An Roinn Oideachais agus Eolaíochta

Department of Education and Science

 

Subject Inspection of Science

REPORT

 

Kilmuckridge Vocational College

Kilmuckridge, County Wexford

Roll number: 71650Q

 

Date of inspection: 21 October 2008

 

 

 

 

Subject inspection report

Subject provision and whole school support

Planning and preparation

Teaching and learning

Assessment

Summary of main findings and recommendations

 

 

 

 

REPORT ON THE QUALITY OF LEARNING AND TEACHING IN SCIENCE

 

Subject inspection report

 

This report has been written following a subject inspection in Kilmuckridge Vocational College. It presents the findings of an evaluation of the quality of teaching and learning in Science and makes recommendations for the further development of the teaching of this subject in the school. The evaluation was conducted over two days during which the inspector visited classrooms and observed teaching and learning. The inspector interacted with students and teachers, examined students’ work, and had discussions with the teachers. The inspector reviewed school planning documentation and teachers’ written preparation. Following the evaluation visit, the inspector provided oral feedback on the outcomes of the evaluation to the principal and subject teachers.

 

Subject provision and whole school support

 

Science is a core subject at Kilmuckridge Vocational College with three class groups in first year, and two in second and third year. All science classes are of mixed ability. Continuity in teaching is not always maintained and it is recommended that as far as is feasible, the same teacher is timetabled for a class group throughout junior cycle.

 

Subject teachers and the school guidance service play an active part in providing an insight for students into senior cycle subjects available. However, there is only informal consultation with parents regarding subject choice. Therefore, it is recommended, in line with best practice that parents are invited to an information evening where subject choice and its implications for third level are discussed. Currently, Biology is the only senior cycle science subject provided by the school with one class group currently studying the subject in fifth and sixth year. Physics was offered to students up to 2007 and was then discontinued from the curriculum of the school. Numbers in physics class groups fluctuated from three to eighteen in recent years. Students’ low academic achievement and the low uptake of higher level in this subject was a cause for concern. It is recommended that the school, having addressed these concerns, considers offering an additional senior science subject to students.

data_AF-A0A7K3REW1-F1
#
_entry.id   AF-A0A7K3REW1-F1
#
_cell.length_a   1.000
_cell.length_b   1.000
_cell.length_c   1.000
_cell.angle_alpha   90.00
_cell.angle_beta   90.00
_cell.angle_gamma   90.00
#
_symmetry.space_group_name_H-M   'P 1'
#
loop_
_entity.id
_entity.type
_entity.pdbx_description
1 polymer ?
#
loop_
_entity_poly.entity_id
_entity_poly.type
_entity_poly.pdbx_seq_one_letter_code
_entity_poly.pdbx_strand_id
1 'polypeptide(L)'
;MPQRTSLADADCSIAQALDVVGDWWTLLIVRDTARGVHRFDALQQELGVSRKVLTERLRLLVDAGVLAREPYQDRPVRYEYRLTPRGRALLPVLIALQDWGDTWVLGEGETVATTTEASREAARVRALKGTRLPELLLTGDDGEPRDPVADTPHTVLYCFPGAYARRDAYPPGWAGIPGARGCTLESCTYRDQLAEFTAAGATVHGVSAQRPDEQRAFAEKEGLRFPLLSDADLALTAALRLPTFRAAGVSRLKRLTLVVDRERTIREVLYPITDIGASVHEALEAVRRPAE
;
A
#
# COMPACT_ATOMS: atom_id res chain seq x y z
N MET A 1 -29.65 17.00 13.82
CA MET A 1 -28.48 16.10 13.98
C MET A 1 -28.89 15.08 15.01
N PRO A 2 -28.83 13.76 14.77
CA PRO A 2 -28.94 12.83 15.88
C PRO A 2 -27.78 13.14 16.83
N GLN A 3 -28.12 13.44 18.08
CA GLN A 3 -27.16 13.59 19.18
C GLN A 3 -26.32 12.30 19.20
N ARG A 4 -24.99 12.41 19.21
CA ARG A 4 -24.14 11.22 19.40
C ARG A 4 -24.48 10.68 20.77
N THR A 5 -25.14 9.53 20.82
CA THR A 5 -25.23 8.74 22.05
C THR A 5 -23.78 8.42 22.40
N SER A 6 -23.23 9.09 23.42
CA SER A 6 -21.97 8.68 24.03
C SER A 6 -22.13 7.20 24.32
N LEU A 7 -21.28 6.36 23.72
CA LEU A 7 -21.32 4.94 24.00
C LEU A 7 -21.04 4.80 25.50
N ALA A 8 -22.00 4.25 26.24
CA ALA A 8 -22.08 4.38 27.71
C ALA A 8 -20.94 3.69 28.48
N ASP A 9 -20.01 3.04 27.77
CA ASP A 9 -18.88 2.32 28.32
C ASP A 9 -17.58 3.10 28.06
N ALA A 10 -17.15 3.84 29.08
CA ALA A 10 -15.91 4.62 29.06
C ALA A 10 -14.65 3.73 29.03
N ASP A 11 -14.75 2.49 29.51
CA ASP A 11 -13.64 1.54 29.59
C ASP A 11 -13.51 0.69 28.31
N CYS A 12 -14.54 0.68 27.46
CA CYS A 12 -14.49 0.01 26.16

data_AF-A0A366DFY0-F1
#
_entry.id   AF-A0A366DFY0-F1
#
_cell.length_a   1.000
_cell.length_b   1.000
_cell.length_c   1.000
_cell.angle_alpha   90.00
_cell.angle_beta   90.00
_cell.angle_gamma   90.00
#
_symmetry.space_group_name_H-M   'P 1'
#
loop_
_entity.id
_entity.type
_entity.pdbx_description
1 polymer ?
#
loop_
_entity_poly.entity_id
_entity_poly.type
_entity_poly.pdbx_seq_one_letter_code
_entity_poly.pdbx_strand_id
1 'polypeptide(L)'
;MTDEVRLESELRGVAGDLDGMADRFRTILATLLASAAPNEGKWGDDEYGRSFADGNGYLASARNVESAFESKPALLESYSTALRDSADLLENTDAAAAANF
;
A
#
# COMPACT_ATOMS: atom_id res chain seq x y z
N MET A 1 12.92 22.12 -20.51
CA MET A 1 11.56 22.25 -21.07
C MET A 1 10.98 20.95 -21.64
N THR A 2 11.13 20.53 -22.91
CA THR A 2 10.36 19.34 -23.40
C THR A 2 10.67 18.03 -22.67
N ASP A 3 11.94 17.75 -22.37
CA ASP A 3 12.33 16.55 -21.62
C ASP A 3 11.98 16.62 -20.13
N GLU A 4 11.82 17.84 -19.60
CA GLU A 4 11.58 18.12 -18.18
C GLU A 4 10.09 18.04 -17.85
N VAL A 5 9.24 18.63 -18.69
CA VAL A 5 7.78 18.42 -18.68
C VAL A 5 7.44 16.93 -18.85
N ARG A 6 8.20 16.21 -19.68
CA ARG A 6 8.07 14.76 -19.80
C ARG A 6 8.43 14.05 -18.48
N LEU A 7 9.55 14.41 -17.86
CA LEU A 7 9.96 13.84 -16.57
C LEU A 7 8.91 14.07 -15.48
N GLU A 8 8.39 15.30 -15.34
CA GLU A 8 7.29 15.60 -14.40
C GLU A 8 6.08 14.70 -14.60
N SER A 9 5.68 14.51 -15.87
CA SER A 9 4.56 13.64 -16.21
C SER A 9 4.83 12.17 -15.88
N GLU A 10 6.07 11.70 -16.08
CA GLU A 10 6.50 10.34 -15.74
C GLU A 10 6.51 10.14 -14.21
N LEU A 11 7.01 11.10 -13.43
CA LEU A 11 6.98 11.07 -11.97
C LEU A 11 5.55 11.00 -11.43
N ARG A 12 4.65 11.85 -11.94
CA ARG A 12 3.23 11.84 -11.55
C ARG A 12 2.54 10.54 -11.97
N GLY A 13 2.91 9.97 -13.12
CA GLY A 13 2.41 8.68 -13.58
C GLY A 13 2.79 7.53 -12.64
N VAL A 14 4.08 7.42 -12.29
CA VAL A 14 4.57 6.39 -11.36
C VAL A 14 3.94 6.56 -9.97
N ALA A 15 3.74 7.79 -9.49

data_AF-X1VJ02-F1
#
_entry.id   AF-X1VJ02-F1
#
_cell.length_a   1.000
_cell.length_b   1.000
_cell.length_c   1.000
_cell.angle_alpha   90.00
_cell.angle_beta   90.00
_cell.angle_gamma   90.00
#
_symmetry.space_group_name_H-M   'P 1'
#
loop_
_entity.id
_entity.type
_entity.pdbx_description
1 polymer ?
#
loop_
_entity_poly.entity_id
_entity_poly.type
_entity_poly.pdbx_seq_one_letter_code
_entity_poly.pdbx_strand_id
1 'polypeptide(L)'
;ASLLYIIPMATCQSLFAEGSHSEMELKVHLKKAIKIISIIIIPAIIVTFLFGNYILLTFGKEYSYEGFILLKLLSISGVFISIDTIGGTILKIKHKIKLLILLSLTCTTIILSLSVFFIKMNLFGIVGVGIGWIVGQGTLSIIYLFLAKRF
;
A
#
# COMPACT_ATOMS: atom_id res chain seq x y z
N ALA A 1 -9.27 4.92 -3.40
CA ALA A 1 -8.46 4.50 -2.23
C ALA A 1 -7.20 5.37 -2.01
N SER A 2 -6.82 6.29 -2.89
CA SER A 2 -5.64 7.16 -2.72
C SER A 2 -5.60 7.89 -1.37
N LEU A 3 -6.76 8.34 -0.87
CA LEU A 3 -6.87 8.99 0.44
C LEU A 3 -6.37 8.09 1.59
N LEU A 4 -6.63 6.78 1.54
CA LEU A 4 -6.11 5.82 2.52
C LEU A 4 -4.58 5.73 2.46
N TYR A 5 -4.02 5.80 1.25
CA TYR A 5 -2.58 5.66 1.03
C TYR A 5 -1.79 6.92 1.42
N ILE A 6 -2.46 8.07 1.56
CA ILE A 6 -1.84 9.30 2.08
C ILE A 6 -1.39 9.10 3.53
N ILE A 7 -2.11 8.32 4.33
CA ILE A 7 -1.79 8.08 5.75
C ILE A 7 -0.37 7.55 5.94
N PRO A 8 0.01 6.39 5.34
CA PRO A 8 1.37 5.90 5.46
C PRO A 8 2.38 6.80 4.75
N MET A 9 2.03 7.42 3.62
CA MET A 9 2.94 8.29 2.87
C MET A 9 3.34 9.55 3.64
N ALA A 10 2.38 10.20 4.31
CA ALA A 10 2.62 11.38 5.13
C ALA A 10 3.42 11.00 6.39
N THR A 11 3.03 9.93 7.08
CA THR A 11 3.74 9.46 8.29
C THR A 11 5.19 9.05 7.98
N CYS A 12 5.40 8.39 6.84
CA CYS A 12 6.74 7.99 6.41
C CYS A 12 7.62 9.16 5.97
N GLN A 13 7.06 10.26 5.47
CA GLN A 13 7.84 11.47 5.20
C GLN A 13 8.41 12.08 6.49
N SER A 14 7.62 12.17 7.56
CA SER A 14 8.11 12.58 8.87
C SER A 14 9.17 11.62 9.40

Time allocation to Science at junior cycle is in the main satisfactory. The provision to first years, however, is in the form of two double periods and this leads to lack of continuity and frequency of the subject over the week. It is therefore recommended that consideration is given to the timetabling of first year science classes with one double and two single class periods. Time allocation to senior Biology is satisfactory.

 

There are currently three teachers in the science department in the college. Teachers have availed of some in-service opportunities including an in-house in-service course related to Junior Certificate science syllabus convened in the school by the Junior Science Support Service. It is recommended that the science department actively pursues further in-service opportunities with the support of school management.

 

The school has one modern laboratory which forms part of the school’s new extension and it has considerable potential to enhance science provision in the school. The laboratories are maintained to a high standard with equipment stored in an orderly manner. This is commended. In addition, the laboratories have on display many relevant models, posters, charts and students’ work was also displayed. The laboratory has a preparation and storage room with a separate chemical store. Access to the laboratory for practical lessons should be improved with the formulation of a laboratory timetable.

 

The school’s health and safety statement was drawn up in consultation with science teachers. However, it is in need of urgent review in light of new school science facilities and it is recommended that this be done at the school’s earliest convenience. Safety equipment was in evidence in each laboratory and good safety practices were in operation. Students are provided with a list of laboratory rules and they are encouraged to incorporate safety procedures into their work practices. This is commended. It is recommended that chemicals be stored in line with best practice and Department guidelines.

 

Information and communication technology (ICT) facilities have been considerably enhanced with two computer rooms and computers, data-projector, interactive whiteboard and broadband facilities in the science laboratory. Teachers are encouraged to pursue further in-service training in the use of ICT in teaching and learning in science education so that maximum benefit can be gained from ICT equipment in the classroom. Reference should be made to the website of the Second Level Support Service, slss.ie and the website of the National Council for Technology in Education, ncte.ie.